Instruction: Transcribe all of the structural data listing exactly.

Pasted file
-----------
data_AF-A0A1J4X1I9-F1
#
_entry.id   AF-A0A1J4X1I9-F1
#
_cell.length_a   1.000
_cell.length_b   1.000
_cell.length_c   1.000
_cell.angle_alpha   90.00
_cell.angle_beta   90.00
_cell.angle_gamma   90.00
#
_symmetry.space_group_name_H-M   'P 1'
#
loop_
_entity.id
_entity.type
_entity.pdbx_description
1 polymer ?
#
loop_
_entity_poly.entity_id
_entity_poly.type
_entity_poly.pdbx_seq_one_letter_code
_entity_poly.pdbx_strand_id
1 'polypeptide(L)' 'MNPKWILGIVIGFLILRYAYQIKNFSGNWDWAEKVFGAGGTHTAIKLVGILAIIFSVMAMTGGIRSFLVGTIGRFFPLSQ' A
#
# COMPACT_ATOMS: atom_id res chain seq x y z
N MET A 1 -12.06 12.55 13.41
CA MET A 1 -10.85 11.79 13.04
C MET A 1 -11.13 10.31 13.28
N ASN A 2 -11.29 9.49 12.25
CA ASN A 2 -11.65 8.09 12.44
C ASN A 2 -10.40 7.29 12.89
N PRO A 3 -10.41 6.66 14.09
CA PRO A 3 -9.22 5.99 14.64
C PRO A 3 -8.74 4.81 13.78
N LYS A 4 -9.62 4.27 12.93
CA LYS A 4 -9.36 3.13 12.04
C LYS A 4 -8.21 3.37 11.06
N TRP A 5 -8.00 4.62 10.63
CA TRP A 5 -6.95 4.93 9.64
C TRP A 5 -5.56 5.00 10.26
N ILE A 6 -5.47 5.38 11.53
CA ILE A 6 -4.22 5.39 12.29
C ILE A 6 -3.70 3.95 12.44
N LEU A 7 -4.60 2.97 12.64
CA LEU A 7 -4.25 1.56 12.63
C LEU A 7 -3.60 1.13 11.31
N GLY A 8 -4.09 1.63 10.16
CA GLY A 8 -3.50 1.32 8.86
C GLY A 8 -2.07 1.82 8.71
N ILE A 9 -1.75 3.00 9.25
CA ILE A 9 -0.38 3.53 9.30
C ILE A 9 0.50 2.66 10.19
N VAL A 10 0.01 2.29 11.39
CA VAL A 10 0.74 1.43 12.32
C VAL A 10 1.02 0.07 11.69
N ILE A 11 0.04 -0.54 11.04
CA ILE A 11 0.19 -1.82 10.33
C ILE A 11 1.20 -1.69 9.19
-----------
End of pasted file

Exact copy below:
data_AF-A0A1J4X1I9-F1
#
_entry.id   AF-A0A1J4X1I9-F1
#
_cell.length_a   1.000
_cell.length_b   1.000
_cell.length_c   1.000
_cell.angle_alpha   90.00
_cell.angle_beta   90.00
_cell.angle_gamma   90.00
#
_symmetry.space_group_name_H-M   'P 1'
#
loop_
_entity.id
_entity.type
_entity.pdbx_description
1 polymer ?
#
loop_
_entity_poly.entity_id
_entity_poly.type
_entity_poly.pdbx_seq_one_letter_code
_entity_poly.pdbx_strand_id
1 'polypeptide(L)' 'MNPKWILGIVIGFLILRYAYQIKNFSGNWDWAEKVFGAGGTHTAIKLVGILAIIFSVMAMTGGIRSFLVGTIGRFFPLSQ' A
#
# COMPACT_ATOMS: atom_id res chain seq x y z
N MET A 1 -12.06 12.55 13.41
CA MET A 1 -10.85 11.79 13.04
C MET A 1 -11.13 10.31 13.28
N ASN A 2 -11.29 9.49 12.25
CA ASN A 2 -11.65 8.09 12.44
C ASN A 2 -10.40 7.29 12.89
N PRO A 3 -10.41 6.66 14.09
CA PRO A 3 -9.22 5.99 14.64
C PRO A 3 -8.74 4.81 13.78
N LYS A 4 -9.62 4.27 12.93
CA LYS A 4 -9.36 3.13 12.04
C LYS A 4 -8.21 3.37 11.06
N TRP A 5 -8.00 4.62 10.63
CA TRP A 5 -6.95 4.93 9.64
C TRP A 5 -5.56 5.00 10.26
N ILE A 6 -5.47 5.38 11.53
CA ILE A 6 -4.22 5.39 12.29
C ILE A 6 -3.70 3.95 12.44
N LEU A 7 -4.60 2.97 12.64
CA LEU A 7 -4.25 1.56 12.63
C LEU A 7 -3.60 1.13 11.31
N GLY A 8 -4.09 1.63 10.16
CA GLY A 8 -3.50 1.32 8.86
C GLY A 8 -2.07 1.82 8.71
N ILE A 9 -1.75 3.00 9.25
CA ILE A 9 -0.38 3.53 9.30
C ILE A 9 0.50 2.66 10.19
N VAL A 10 0.01 2.29 11.39
CA VAL A 10 0.74 1.43 12.32
C VAL A 10 1.02 0.07 11.69
N ILE A 11 0.04 -0.54 11.04
CA ILE A 11 0.19 -1.82 10.33
C ILE A 11 1.20 -1.69 9.19